Vol. 11, #28 - Jul 10, 2006 - Issue #584
Why Upgrading To Longhorn Is A Really Good Idea
- EDITORS CORNER
- The Depressing State Of Computer Security
- A Day In The Life Of Sunbelt...
- Quote of the Week
- ADMIN TOOLBOX
- Admin Tools We Think You Shouldn't Be Without
- TECH BRIEFING
- Agnitum Analyzes Microsoft OneCare
- Step-by-Step Guide: Running IE On A Virtual Machine
- Terminal Services Tip: Issues Dealing With Remote Desktop
- Step-by-Step Guide: Exchange Server Capacity Planning With Performance Monitor
- Virtualization On Multi-core And Multi-processor Systems
- Licensing VMs: Industry Tackles Tough Questions
- Setting Up Workstations With Remote Installation Services
- WINDOWS SERVER NEWS
- Why Upgrading To Longhorn Is A Really Good Idea
- Microsoft Time Travel
- Microsoft To Integrate OpenDocument for Office
- Intel Invests $600 Mil in WiMAX Provider
- Microsoft To Post 7 Security Bulletins Next Week
- WINDOWS SERVER THIRD PARTY NEWS
- Run SBS And Need Affordable Antivirus For Exchange?
- Kerio Firewall Wins ComputerShopper 'Best Budget Buy'
- Shavlik Plugs Gap Left By Discontinued MBSA
- WServerNews 'FAVE' LINKS
- This Week's Links We Like. Tips, Hints And Fun Stuff.
- WServerNews - PRODUCT OF THE WEEK
- Your Desktop On Your Keychain
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The Depressing State Of Computer Security
Perhaps you know Roger Grimes. He's an InfoWorld Test Center
Contributing Editor, Writes for WinITPro Mag, and is a Foundstone
Ultimate Hacking instructor/consultant teaching Windows, Linux,
Unix, and Solaris security.
His column this week was as depressing as it was interesting. He
puts all his 10 fingers smack in the middle of many sore spots.
It was revealing and entertaining to read his admittedly gloomy
perspective on security, but he did say that next week's column
will point to some solutions. In the mean time, read this and
get yourself trained as an IT security specialist. There will
be a lot of work for years to come ! [grin]
A Day In The Life Of Sunbelt...
Last Wednesday, we had an electrical arc on a power pole close to
our building, causing extreme fluctuations and taking our power
down. The AC was off, and it was a wee bit warm in here. But thanks
to generators, most of us were still working. Here are the pics:
Quote of the Week
Two Quotes of the Week, both by Benjamin Franklin:
"There is no such thing as a good war and there is no such thing
as a bad peace."
"He that would live in peace and at ease must not speak all he
knows or all he sees."
Agnitum Analyzes Microsoft OneCare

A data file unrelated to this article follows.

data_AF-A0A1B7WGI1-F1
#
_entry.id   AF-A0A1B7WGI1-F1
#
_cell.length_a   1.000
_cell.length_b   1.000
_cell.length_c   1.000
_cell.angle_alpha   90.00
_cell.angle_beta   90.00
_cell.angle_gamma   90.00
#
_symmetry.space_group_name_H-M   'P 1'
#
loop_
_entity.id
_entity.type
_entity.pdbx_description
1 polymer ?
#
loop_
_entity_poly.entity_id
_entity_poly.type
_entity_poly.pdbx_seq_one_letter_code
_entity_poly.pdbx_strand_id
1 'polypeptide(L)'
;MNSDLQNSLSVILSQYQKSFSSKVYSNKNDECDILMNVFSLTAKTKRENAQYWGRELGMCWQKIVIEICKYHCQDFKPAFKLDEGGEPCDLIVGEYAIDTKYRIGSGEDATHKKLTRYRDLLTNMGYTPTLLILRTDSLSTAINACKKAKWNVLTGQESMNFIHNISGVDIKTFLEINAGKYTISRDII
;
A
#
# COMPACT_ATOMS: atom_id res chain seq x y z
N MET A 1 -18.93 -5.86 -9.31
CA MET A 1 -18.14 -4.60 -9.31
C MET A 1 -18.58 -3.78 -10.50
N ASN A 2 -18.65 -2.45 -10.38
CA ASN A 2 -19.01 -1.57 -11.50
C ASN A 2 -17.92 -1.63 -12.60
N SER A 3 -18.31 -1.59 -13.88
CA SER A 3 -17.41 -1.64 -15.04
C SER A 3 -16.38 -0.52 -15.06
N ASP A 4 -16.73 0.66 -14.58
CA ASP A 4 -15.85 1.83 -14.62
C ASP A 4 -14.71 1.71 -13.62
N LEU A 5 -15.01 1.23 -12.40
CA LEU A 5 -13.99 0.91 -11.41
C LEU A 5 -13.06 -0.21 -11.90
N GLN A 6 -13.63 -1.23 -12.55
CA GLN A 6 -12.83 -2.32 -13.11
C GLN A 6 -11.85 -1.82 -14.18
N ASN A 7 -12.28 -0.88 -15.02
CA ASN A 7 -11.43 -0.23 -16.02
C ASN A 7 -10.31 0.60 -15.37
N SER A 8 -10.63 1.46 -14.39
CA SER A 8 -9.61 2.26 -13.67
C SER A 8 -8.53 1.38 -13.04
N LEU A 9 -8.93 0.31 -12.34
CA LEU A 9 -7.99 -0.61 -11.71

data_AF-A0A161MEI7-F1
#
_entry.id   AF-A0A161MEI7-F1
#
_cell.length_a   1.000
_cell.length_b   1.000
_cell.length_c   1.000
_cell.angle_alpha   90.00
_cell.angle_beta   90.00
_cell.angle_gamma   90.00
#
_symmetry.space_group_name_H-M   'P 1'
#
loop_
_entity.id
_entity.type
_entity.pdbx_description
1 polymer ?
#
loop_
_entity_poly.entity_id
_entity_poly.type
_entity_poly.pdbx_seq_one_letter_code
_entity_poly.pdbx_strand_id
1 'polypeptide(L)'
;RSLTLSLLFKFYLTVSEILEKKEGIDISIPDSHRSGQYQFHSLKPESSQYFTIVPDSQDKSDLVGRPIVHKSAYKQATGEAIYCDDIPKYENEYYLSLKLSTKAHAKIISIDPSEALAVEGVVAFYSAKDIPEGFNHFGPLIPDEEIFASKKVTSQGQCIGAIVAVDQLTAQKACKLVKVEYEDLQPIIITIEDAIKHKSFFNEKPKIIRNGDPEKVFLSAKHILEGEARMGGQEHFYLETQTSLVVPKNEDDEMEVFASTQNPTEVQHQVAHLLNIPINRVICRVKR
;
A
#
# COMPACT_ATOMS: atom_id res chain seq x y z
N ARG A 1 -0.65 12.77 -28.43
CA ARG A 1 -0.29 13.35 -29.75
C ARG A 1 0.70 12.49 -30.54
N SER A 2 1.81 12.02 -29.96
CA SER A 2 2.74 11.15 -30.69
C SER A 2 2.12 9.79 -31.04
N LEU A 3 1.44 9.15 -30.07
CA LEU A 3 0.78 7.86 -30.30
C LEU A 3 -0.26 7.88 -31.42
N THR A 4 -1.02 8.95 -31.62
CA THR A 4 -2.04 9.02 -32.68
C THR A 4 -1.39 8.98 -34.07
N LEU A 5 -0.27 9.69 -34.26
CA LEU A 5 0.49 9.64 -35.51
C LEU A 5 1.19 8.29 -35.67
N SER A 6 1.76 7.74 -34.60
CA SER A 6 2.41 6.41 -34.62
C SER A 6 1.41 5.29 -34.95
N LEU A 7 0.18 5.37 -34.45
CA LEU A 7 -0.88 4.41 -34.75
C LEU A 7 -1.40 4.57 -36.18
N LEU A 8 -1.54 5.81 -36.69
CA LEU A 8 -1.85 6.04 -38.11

Alex's blog featured this item. It gives you a first look at Redmond's
consumer OneCare product. He starts off like this: "Agnitum, a company
which makes an outstanding competitor to my Kerio firewall, has
analyzed the OneCare firewall and concluded the following:
Although the program is very intuitive, nice to look at, and easy to
use - which is good for the program's target audience of inexperienced
users - its functionality is a big let-down and does not serve that
inexperienced user audience well. It reminds us of those a colorful
and feature-rich Graphical User Interfaces (GUI) with nothing behind
them that you sometimes see at exhibitions, because the vendors
couldn't't finish the whole program in time. Microsoft OneCare needs
a serious overhaul before it can be considered anything more than
just a fancy interface with no real security under the hood. More:
Step-by-Step Guide: Running IE On A Virtual Machine
Over the last several years, it has been open season against
Internet Explorer (IE). The Web is littered with malicious Web
pages. These pages can install browser hijackers, keystroke
loggers, viruses, adware, or just about anything else that you
can think of on IE. One possible solution to the problem is to
run Internet Explorer inside of a virtual machine. Learn more
in this guide at SearchWindowsSecurity:
Terminal Services Tip: Issues Dealing With Remote Desktop
Access a collection of Christa Anderson's expert responses to reader
questions regarding Remote Desktop at SearchWinIT.com:
Step-by-Step Guide: Exchange Server Capacity Planning With Performance Monitor
Long-term capacity planning requires you to take a few minutes
out of your day once a week to crunch a few numbers. But the results
are priceless, because they allow you to see the big picture of how
your Exchange servers are consuming resources. In this guide, learn
how to use the Performance Monitor tool for Exchange Server long-term
capacity planning and trend analysis, and how to analyze the results
to forecast the potential for future growth-related performance
issues and outages. At SearchExchange:
Virtualization On Multi-core And Multi-processor Systems
The more CPUs you have available in a computer that runs virtualized
machines, the more processing power you can share among the virtual
computers. But the presence of multi-core CPUs complicates the
picture a little bit. This article offers some guidelines for using
virtualization with multi-core systems at SeachServerVirtualization:
Licensing VMs: Industry Tackles Tough Questions